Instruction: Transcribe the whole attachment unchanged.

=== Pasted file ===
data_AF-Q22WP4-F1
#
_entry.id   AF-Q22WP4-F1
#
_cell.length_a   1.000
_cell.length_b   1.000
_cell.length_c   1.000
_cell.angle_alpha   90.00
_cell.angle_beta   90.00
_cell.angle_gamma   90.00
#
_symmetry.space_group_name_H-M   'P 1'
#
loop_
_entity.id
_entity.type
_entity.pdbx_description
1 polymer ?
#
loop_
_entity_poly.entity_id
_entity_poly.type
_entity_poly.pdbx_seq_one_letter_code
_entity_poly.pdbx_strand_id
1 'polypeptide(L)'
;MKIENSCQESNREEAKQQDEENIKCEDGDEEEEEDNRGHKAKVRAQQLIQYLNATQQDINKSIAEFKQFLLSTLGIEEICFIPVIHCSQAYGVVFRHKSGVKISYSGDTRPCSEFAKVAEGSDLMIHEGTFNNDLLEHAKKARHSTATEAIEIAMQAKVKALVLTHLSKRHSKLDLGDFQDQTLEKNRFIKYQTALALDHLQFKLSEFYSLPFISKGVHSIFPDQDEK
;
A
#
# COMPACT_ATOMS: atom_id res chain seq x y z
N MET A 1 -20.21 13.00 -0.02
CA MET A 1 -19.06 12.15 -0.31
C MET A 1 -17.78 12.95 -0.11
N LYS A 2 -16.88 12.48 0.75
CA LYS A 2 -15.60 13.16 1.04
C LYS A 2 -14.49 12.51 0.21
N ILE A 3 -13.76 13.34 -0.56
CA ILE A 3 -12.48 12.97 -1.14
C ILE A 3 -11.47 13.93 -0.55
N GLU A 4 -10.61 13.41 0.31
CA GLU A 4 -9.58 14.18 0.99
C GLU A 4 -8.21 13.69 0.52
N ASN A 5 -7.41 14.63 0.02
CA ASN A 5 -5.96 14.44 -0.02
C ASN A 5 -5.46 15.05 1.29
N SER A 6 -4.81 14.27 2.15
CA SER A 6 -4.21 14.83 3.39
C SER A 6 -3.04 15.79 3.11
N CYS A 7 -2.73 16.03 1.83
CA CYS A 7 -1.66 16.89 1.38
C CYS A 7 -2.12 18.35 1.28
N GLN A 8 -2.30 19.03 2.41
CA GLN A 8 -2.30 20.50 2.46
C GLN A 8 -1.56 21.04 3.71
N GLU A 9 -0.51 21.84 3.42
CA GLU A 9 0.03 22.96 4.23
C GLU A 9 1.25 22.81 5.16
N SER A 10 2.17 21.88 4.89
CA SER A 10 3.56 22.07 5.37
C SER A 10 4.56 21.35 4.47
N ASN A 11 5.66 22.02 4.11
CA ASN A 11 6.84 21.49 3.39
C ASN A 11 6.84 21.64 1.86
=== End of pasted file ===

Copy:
data_AF-Q22WP4-F1
#
_entry.id   AF-Q22WP4-F1
#
_cell.length_a   1.000
_cell.length_b   1.000
_cell.length_c   1.000
_cell.angle_alpha   90.00
_cell.angle_beta   90.00
_cell.angle_gamma   90.00
#
_symmetry.space_group_name_H-M   'P 1'
#
loop_
_entity.id
_entity.type
_entity.pdbx_description
1 polymer ?
#
loop_
_entity_poly.entity_id
_entity_poly.type
_entity_poly.pdbx_seq_one_letter_code
_entity_poly.pdbx_strand_id
1 'polypeptide(L)'
;MKIENSCQESNREEAKQQDEENIKCEDGDEEEEEDNRGHKAKVRAQQLIQYLNATQQDINKSIAEFKQFLLSTLGIEEICFIPVIHCSQAYGVVFRHKSGVKISYSGDTRPCSEFAKVAEGSDLMIHEGTFNNDLLEHAKKARHSTATEAIEIAMQAKVKALVLTHLSKRHSKLDLGDFQDQTLEKNRFIKYQTALALDHLQFKLSEFYSLPFISKGVHSIFPDQDEK
;
A
#
# COMPACT_ATOMS: atom_id res chain seq x y z
N MET A 1 -20.21 13.00 -0.02
CA MET A 1 -19.06 12.15 -0.31
C MET A 1 -17.78 12.95 -0.11
N LYS A 2 -16.88 12.48 0.75
CA LYS A 2 -15.60 13.16 1.04
C LYS A 2 -14.49 12.51 0.21
N ILE A 3 -13.76 13.34 -0.56
CA ILE A 3 -12.48 12.97 -1.14
C ILE A 3 -11.47 13.93 -0.55
N GLU A 4 -10.61 13.41 0.31
CA GLU A 4 -9.58 14.18 0.99
C GLU A 4 -8.21 13.69 0.52
N ASN A 5 -7.41 14.63 0.02
CA ASN A 5 -5.96 14.44 -0.02
C ASN A 5 -5.46 15.05 1.29
N SER A 6 -4.81 14.27 2.15
CA SER A 6 -4.21 14.83 3.39
C SER A 6 -3.04 15.79 3.11
N CYS A 7 -2.73 16.03 1.83
CA CYS A 7 -1.66 16.89 1.38
C CYS A 7 -2.12 18.35 1.28
N GLN A 8 -2.30 19.03 2.41
CA GLN A 8 -2.30 20.50 2.46
C GLN A 8 -1.56 21.04 3.71
N GLU A 9 -0.51 21.84 3.42
CA GLU A 9 0.03 22.96 4.23
C GLU A 9 1.25 22.81 5.16
N SER A 10 2.17 21.88 4.89
CA SER A 10 3.56 22.07 5.37
C SER A 10 4.56 21.35 4.47
N ASN A 11 5.66 22.02 4.11
CA ASN A 11 6.84 21.49 3.39
C ASN A 11 6.84 21.64 1.86